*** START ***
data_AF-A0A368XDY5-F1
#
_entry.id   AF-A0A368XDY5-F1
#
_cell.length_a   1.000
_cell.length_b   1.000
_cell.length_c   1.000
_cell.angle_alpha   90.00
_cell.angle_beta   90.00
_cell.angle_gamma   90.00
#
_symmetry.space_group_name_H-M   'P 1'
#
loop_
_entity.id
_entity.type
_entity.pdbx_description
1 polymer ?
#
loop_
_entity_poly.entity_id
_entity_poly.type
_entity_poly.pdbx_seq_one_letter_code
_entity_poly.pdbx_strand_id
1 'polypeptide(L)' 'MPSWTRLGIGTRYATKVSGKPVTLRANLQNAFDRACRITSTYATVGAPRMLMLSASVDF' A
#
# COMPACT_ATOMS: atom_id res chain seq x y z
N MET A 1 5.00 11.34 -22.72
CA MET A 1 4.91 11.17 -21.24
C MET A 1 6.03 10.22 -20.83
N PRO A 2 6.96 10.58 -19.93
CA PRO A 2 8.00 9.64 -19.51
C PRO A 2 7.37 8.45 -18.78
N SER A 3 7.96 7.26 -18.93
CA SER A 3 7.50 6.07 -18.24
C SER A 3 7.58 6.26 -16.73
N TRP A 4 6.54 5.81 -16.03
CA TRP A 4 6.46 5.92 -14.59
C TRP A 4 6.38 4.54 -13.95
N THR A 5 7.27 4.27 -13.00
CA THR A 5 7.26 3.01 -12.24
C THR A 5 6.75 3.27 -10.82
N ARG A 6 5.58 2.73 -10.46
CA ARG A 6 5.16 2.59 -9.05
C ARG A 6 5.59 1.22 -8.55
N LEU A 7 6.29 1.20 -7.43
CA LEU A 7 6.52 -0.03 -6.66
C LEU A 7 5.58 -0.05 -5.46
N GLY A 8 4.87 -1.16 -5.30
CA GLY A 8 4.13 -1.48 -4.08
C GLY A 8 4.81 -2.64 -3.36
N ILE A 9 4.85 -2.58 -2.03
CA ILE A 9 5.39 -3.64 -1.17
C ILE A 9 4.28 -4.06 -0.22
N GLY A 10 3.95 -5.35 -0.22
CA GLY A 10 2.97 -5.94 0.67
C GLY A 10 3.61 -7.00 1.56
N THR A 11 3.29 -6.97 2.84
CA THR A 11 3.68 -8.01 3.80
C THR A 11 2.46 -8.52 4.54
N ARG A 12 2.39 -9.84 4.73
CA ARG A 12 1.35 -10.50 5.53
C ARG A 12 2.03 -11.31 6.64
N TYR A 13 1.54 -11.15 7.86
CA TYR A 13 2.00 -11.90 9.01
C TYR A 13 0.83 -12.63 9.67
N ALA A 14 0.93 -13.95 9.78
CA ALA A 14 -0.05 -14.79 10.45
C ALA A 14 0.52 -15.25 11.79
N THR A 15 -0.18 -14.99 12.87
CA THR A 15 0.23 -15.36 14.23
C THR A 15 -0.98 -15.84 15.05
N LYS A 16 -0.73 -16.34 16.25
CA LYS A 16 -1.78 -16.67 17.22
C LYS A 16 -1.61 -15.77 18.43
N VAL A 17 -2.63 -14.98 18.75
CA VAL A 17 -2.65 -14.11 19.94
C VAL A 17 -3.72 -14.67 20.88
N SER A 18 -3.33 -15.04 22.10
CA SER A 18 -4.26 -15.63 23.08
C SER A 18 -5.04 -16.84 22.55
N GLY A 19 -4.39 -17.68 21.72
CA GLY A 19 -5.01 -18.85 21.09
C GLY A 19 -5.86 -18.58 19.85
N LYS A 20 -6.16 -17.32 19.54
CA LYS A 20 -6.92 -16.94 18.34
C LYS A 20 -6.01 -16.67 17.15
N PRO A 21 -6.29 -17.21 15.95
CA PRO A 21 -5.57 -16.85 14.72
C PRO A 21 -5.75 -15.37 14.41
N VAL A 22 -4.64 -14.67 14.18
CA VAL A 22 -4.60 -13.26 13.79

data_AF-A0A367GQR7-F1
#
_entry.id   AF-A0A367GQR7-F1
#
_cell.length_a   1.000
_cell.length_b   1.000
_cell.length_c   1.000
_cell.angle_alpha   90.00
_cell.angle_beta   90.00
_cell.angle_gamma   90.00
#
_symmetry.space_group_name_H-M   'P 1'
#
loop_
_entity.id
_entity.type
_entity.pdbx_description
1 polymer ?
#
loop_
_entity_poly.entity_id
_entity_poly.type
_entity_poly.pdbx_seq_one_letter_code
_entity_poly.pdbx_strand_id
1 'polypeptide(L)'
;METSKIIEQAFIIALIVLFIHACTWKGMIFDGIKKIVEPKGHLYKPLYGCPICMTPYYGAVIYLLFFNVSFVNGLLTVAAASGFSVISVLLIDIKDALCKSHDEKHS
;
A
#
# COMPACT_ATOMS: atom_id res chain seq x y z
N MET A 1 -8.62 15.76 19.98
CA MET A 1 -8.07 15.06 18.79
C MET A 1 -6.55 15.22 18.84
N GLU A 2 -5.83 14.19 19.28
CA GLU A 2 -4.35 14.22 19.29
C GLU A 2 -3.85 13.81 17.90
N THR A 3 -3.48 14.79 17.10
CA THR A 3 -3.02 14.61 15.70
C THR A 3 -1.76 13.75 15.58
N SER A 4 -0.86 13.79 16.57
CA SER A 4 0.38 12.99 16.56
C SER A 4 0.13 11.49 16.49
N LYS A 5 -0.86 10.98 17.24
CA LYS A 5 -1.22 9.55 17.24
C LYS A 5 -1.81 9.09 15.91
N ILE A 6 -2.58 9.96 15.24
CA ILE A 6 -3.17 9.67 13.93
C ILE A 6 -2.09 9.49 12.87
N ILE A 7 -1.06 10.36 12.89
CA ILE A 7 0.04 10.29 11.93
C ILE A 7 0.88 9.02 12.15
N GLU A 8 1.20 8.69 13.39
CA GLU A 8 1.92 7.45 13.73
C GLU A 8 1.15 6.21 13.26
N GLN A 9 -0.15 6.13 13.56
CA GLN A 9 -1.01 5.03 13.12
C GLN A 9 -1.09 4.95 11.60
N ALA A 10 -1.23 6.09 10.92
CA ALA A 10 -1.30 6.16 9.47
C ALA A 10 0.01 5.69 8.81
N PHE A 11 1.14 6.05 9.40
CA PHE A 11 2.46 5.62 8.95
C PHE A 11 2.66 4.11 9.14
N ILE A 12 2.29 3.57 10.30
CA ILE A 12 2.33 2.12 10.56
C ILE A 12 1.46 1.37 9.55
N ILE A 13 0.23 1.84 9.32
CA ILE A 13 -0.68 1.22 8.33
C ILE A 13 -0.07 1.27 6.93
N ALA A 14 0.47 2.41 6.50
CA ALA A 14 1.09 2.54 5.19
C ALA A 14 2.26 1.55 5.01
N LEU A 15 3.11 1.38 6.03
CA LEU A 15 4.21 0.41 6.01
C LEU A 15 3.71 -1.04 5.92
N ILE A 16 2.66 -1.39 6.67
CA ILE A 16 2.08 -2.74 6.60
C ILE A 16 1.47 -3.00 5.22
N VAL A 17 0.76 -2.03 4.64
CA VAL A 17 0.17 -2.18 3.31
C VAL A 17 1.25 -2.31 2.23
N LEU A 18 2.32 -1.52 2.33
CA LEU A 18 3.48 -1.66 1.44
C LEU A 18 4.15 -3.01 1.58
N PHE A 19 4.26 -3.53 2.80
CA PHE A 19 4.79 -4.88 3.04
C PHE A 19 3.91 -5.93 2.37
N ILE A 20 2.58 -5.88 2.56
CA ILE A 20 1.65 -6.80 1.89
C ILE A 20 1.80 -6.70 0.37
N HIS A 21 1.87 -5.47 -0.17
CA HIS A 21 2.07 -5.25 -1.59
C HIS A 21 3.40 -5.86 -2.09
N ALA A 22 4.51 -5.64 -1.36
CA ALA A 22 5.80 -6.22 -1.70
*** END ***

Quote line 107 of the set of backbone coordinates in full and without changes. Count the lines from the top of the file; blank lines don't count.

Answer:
_entity.id